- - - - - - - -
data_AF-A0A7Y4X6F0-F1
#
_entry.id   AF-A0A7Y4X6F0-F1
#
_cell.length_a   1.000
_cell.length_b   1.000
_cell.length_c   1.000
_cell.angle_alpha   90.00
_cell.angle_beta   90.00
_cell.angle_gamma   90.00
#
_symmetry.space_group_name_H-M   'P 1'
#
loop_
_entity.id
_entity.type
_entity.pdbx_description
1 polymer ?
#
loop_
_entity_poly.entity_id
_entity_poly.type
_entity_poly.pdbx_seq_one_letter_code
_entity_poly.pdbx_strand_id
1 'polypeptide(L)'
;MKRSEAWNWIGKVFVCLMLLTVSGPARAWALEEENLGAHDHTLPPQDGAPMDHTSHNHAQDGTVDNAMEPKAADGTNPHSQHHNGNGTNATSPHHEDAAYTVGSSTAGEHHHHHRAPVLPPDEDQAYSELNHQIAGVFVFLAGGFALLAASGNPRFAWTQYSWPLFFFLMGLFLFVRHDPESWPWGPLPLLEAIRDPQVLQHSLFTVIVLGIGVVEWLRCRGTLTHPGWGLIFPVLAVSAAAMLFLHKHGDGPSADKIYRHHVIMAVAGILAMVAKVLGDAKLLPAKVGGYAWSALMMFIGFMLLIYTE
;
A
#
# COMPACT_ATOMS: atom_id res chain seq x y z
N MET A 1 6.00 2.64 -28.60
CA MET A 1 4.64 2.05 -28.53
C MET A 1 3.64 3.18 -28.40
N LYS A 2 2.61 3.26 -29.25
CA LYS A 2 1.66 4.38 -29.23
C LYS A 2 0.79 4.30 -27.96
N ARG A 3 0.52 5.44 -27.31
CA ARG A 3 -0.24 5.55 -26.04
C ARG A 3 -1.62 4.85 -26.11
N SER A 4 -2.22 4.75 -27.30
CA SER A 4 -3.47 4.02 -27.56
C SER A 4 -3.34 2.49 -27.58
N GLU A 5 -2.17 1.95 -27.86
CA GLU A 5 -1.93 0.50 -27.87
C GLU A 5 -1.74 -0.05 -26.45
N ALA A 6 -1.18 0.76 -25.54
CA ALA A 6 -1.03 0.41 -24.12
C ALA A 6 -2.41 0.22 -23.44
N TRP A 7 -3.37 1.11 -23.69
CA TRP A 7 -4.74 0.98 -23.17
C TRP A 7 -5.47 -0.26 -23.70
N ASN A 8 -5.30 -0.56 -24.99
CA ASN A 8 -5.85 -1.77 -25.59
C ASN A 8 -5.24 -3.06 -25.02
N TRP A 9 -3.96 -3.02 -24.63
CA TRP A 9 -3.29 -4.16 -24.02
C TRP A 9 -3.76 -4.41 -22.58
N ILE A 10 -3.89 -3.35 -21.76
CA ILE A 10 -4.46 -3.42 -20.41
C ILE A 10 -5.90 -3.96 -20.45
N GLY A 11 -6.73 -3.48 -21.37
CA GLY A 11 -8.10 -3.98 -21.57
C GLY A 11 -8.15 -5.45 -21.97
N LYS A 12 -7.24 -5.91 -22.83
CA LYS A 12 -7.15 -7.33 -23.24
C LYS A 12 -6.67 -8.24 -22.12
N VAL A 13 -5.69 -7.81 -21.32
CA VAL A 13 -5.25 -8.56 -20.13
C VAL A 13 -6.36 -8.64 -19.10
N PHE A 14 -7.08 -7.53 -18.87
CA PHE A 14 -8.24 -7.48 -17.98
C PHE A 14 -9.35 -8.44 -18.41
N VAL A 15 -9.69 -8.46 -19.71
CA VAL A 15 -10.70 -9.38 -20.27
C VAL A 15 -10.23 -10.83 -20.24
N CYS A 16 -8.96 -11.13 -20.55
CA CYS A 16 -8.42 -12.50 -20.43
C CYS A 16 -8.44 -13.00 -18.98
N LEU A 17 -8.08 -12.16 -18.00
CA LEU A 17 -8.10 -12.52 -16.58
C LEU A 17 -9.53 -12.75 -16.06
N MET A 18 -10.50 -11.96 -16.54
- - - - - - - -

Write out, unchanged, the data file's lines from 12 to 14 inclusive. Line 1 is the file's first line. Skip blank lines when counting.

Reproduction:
_symmetry.space_group_name_H-M   'P 1'
#
loop_